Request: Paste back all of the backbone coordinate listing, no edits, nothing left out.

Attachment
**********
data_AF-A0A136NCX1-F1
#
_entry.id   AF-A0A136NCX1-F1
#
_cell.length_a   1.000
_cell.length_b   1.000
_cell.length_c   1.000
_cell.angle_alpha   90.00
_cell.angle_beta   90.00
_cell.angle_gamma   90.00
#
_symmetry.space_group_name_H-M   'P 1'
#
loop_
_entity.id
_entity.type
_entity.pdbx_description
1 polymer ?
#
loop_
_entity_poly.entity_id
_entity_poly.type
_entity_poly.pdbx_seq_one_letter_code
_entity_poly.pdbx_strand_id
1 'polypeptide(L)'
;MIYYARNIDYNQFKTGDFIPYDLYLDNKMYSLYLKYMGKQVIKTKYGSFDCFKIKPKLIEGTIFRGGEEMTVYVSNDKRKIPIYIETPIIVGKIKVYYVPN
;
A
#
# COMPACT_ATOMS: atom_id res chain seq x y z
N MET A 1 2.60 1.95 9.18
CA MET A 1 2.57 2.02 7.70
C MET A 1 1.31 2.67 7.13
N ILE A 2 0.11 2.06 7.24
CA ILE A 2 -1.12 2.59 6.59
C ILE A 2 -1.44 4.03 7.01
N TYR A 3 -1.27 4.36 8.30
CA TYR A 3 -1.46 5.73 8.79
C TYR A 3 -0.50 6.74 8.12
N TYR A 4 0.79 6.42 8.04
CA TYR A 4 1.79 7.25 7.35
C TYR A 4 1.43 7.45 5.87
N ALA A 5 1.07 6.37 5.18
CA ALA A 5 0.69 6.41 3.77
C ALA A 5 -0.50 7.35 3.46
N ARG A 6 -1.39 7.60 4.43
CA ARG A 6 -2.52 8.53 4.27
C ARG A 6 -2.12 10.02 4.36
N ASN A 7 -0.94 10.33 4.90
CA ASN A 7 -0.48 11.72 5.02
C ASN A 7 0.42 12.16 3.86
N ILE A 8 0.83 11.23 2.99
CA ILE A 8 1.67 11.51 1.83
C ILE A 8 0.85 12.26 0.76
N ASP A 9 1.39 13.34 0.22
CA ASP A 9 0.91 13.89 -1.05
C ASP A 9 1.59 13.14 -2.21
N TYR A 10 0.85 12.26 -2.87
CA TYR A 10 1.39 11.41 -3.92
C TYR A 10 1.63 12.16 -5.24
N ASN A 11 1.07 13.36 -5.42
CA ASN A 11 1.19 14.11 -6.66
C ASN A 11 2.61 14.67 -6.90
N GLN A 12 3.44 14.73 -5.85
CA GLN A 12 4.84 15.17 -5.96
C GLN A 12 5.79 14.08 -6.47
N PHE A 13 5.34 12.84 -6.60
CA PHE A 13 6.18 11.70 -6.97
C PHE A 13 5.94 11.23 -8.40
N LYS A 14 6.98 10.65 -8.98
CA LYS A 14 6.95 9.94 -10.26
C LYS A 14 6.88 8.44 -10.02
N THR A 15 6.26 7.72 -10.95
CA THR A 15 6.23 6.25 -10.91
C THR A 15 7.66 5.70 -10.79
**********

data_AF-A0A136NCX1-F1
#
_entry.id   AF-A0A136NCX1-F1
#
_cell.length_a   1.000
_cell.length_b   1.000
_cell.length_c   1.000
_cell.angle_alpha   90.00
_cell.angle_beta   90.00
_cell.angle_gamma   90.00
#
_symmetry.space_group_name_H-M   'P 1'
#
loop_
_entity.id
_entity.type
_entity.pdbx_description
1 polymer ?
#
loop_
_entity_poly.entity_id
_entity_poly.type
_entity_poly.pdbx_seq_one_letter_code
_entity_poly.pdbx_strand_id
1 'polypeptide(L)'
;MIYYARNIDYNQFKTGDFIPYDLYLDNKMYSLYLKYMGKQVIKTKYGSFDCFKIKPKLIEGTIFRGGEEMTVYVSNDKRKIPIYIETPIIVGKIKVYYVPN
;
A
#
# COMPACT_ATOMS: atom_id res chain seq x y z
N MET A 1 2.60 1.95 9.18
CA MET A 1 2.57 2.02 7.70
C MET A 1 1.31 2.67 7.13
N ILE A 2 0.11 2.06 7.24
CA ILE A 2 -1.12 2.59 6.59
C ILE A 2 -1.44 4.03 7.01
N TYR A 3 -1.27 4.36 8.30
CA TYR A 3 -1.46 5.73 8.79
C TYR A 3 -0.50 6.74 8.12
N TYR A 4 0.79 6.42 8.04
CA TYR A 4 1.79 7.25 7.35
C TYR A 4 1.43 7.45 5.87
N ALA A 5 1.07 6.37 5.18
CA ALA A 5 0.69 6.41 3.77
C ALA A 5 -0.50 7.35 3.46
N ARG A 6 -1.39 7.60 4.43
CA ARG A 6 -2.52 8.53 4.27
C ARG A 6 -2.12 10.02 4.36
N ASN A 7 -0.94 10.33 4.90
CA ASN A 7 -0.48 11.72 5.02
C ASN A 7 0.42 12.16 3.86
N ILE A 8 0.83 11.23 2.99
CA ILE A 8 1.67 11.51 1.83
C ILE A 8 0.85 12.26 0.76
N ASP A 9 1.39 13.34 0.22
CA ASP A 9 0.91 13.89 -1.05
C ASP A 9 1.59 13.14 -2.21
N TYR A 10 0.85 12.26 -2.87
CA TYR A 10 1.39 11.41 -3.92
C TYR A 10 1.63 12.16 -5.24
N ASN A 11 1.07 13.36 -5.42
CA ASN A 11 1.19 14.11 -6.66
C ASN A 11 2.61 14.67 -6.90
N GLN A 12 3.44 14.73 -5.85
CA GLN A 12 4.84 15.17 -5.96
C GLN A 12 5.79 14.08 -6.47
N PHE A 13 5.34 12.84 -6.60
CA PHE A 13 6.18 11.70 -6.97
C PHE A 13 5.94 11.23 -8.40
N LYS A 14 6.98 10.65 -8.98
CA LYS A 14 6.95 9.94 -10.26
C LYS A 14 6.88 8.44 -10.02
N THR A 15 6.26 7.72 -10.95
CA THR A 15 6.23 6.25 -10.91
C THR A 15 7.66 5.70 -10.79